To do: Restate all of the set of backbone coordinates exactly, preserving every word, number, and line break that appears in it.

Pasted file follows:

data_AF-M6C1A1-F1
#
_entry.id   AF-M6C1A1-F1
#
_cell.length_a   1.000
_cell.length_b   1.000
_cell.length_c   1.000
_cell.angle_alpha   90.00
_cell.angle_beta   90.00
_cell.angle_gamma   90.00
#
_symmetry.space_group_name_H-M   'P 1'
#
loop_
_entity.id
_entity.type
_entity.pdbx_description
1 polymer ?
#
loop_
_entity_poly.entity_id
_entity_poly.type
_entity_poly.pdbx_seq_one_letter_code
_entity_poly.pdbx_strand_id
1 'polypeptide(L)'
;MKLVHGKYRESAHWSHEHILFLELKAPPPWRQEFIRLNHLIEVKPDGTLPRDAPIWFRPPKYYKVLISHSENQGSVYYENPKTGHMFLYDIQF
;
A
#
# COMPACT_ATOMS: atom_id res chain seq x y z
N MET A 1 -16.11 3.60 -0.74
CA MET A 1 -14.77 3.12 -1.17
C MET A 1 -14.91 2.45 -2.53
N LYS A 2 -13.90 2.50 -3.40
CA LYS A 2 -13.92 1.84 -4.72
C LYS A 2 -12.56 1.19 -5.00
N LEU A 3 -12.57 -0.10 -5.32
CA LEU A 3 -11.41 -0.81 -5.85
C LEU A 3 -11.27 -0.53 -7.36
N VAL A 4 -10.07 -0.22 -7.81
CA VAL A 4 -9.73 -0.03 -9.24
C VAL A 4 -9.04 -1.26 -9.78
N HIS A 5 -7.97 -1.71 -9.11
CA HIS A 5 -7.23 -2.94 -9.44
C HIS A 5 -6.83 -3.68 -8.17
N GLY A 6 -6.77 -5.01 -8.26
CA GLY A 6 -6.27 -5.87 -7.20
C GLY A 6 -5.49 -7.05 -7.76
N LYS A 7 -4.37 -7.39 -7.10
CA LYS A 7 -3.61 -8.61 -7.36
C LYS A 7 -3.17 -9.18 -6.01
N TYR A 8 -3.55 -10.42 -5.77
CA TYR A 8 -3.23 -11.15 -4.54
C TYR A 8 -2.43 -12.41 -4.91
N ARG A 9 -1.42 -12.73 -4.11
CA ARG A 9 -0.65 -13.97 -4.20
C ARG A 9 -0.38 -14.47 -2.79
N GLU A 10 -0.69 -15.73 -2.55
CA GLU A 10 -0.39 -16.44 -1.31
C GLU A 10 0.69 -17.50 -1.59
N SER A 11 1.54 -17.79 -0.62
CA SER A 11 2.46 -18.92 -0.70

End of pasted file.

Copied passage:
data_AF-M6C1A1-F1
#
_entry.id   AF-M6C1A1-F1
#
_cell.length_a   1.000
_cell.length_b   1.000
_cell.length_c   1.000
_cell.angle_alpha   90.00
_cell.angle_beta   90.00
_cell.angle_gamma   90.00
#
_symmetry.space_group_name_H-M   'P 1'
#
loop_
_entity.id
_entity.type
_entity.pdbx_description
1 polymer ?
#
loop_
_entity_poly.entity_id
_entity_poly.type
_entity_poly.pdbx_seq_one_letter_code
_entity_poly.pdbx_strand_id
1 'polypeptide(L)'
;MKLVHGKYRESAHWSHEHILFLELKAPPPWRQEFIRLNHLIEVKPDGTLPRDAPIWFRPPKYYKVLISHSENQGSVYYENPKTGHMFLYDIQF
;
A
#
# COMPACT_ATOMS: atom_id res chain seq x y z
N MET A 1 -16.11 3.60 -0.74
CA MET A 1 -14.77 3.12 -1.17
C MET A 1 -14.91 2.45 -2.53
N LYS A 2 -13.90 2.50 -3.40
CA LYS A 2 -13.92 1.84 -4.72
C LYS A 2 -12.56 1.19 -5.00
N LEU A 3 -12.57 -0.10 -5.32
CA LEU A 3 -11.41 -0.81 -5.85
C LEU A 3 -11.27 -0.53 -7.36
N VAL A 4 -10.07 -0.22 -7.81
CA VAL A 4 -9.73 -0.03 -9.24
C VAL A 4 -9.04 -1.26 -9.78
N HIS A 5 -7.97 -1.71 -9.11
CA HIS A 5 -7.23 -2.94 -9.44
C HIS A 5 -6.83 -3.68 -8.17
N GLY A 6 -6.77 -5.01 -8.26
CA GLY A 6 -6.27 -5.87 -7.20
C GLY A 6 -5.49 -7.05 -7.76
N LYS A 7 -4.37 -7.39 -7.10
CA LYS A 7 -3.61 -8.61 -7.36
C LYS A 7 -3.17 -9.18 -6.01
N TYR A 8 -3.55 -10.42 -5.77
CA TYR A 8 -3.23 -11.15 -4.54
C TYR A 8 -2.43 -12.41 -4.91
N ARG A 9 -1.42 -12.73 -4.11
CA ARG A 9 -0.65 -13.97 -4.20
C ARG A 9 -0.38 -14.47 -2.79
N GLU A 10 -0.69 -15.73 -2.55
CA GLU A 10 -0.39 -16.44 -1.31
C GLU A 10 0.69 -17.50 -1.59
N SER A 11 1.54 -17.79 -0.62
CA SER A 11 2.46 -18.92 -0.70